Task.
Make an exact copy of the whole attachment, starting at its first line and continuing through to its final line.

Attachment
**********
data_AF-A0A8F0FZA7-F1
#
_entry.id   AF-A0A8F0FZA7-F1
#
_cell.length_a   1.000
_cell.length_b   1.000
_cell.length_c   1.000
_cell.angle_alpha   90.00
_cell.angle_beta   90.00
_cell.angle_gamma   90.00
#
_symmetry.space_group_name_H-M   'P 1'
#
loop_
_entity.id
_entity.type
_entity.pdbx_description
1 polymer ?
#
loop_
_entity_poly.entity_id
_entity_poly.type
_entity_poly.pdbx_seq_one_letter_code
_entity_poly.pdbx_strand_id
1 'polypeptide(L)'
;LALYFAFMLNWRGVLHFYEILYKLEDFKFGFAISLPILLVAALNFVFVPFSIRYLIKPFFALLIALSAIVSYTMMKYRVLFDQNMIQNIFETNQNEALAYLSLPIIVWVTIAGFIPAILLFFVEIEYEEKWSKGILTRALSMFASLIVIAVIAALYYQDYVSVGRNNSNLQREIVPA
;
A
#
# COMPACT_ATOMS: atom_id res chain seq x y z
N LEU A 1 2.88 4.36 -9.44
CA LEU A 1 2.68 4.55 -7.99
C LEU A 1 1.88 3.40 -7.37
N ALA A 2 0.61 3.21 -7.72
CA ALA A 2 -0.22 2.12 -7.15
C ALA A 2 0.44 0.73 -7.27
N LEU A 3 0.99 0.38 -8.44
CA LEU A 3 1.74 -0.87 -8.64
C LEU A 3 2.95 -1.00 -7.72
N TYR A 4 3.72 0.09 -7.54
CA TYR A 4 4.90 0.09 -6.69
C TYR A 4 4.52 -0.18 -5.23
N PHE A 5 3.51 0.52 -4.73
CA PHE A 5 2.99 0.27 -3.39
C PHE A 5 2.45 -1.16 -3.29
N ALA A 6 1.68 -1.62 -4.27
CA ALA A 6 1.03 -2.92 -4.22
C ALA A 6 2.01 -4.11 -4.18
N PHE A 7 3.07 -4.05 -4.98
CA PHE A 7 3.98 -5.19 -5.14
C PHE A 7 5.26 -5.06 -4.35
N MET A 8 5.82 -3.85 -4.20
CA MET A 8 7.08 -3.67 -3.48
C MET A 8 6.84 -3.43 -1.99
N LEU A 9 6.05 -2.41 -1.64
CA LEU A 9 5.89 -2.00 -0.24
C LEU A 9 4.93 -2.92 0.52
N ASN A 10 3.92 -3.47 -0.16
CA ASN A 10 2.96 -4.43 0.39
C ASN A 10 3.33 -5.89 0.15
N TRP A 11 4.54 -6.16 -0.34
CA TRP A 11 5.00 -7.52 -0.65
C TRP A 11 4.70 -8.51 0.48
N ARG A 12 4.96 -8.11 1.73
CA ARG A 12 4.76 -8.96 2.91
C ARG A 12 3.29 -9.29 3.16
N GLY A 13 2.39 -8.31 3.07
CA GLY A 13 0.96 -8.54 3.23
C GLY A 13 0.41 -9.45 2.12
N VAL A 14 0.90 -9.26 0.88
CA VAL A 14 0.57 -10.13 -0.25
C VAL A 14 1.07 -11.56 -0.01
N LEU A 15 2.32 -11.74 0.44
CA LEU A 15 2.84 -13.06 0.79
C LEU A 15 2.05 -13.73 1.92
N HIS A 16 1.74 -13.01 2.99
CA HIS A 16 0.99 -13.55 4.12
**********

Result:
data_AF-A0A8F0FZA7-F1
#
_entry.id   AF-A0A8F0FZA7-F1
#
_cell.length_a   1.000
_cell.length_b   1.000
_cell.length_c   1.000
_cell.angle_alpha   90.00
_cell.angle_beta   90.00
_cell.angle_gamma   90.00
#
_symmetry.space_group_name_H-M   'P 1'
#
loop_
_entity.id
_entity.type
_entity.pdbx_description
1 polymer ?
#
loop_
_entity_poly.entity_id
_entity_poly.type
_entity_poly.pdbx_seq_one_letter_code
_entity_poly.pdbx_strand_id
1 'polypeptide(L)'
;LALYFAFMLNWRGVLHFYEILYKLEDFKFGFAISLPILLVAALNFVFVPFSIRYLIKPFFALLIALSAIVSYTMMKYRVLFDQNMIQNIFETNQNEALAYLSLPIIVWVTIAGFIPAILLFFVEIEYEEKWSKGILTRALSMFASLIVIAVIAALYYQDYVSVGRNNSNLQREIVPA
;
A
#
# COMPACT_ATOMS: atom_id res chain seq x y z
N LEU A 1 2.88 4.36 -9.44
CA LEU A 1 2.68 4.55 -7.99
C LEU A 1 1.88 3.40 -7.37
N ALA A 2 0.61 3.21 -7.72
CA ALA A 2 -0.22 2.12 -7.15
C ALA A 2 0.44 0.73 -7.27
N LEU A 3 0.99 0.38 -8.44
CA LEU A 3 1.74 -0.87 -8.64
C LEU A 3 2.95 -1.00 -7.72
N TYR A 4 3.72 0.09 -7.54
CA TYR A 4 4.90 0.09 -6.69
C TYR A 4 4.52 -0.18 -5.23
N PHE A 5 3.51 0.52 -4.73
CA PHE A 5 2.99 0.27 -3.39
C PHE A 5 2.45 -1.16 -3.29
N ALA A 6 1.68 -1.62 -4.27
CA ALA A 6 1.03 -2.92 -4.22
C ALA A 6 2.01 -4.11 -4.18
N PHE A 7 3.07 -4.05 -4.98
CA PHE A 7 3.98 -5.19 -5.14
C PHE A 7 5.26 -5.06 -4.35
N MET A 8 5.82 -3.85 -4.20
CA MET A 8 7.08 -3.67 -3.48
C MET A 8 6.84 -3.43 -1.99
N LEU A 9 6.05 -2.41 -1.64
CA LEU A 9 5.89 -2.00 -0.24
C LEU A 9 4.93 -2.92 0.52
N ASN A 10 3.92 -3.47 -0.16
CA ASN A 10 2.96 -4.43 0.39
C ASN A 10 3.33 -5.89 0.15
N TRP A 11 4.54 -6.16 -0.34
CA TRP A 11 5.00 -7.52 -0.65
C TRP A 11 4.70 -8.51 0.48
N ARG A 12 4.96 -8.11 1.73
CA ARG A 12 4.76 -8.96 2.91
C ARG A 12 3.29 -9.29 3.16
N GLY A 13 2.39 -8.31 3.07
CA GLY A 13 0.96 -8.54 3.23
C GLY A 13 0.41 -9.45 2.12
N VAL A 14 0.90 -9.26 0.88
CA VAL A 14 0.57 -10.13 -0.25
C VAL A 14 1.07 -11.56 -0.01
N LEU A 15 2.32 -11.74 0.44
CA LEU A 15 2.84 -13.06 0.79
C LEU A 15 2.05 -13.73 1.92
N HIS A 16 1.74 -13.01 2.99
CA HIS A 16 0.99 -13.55 4.12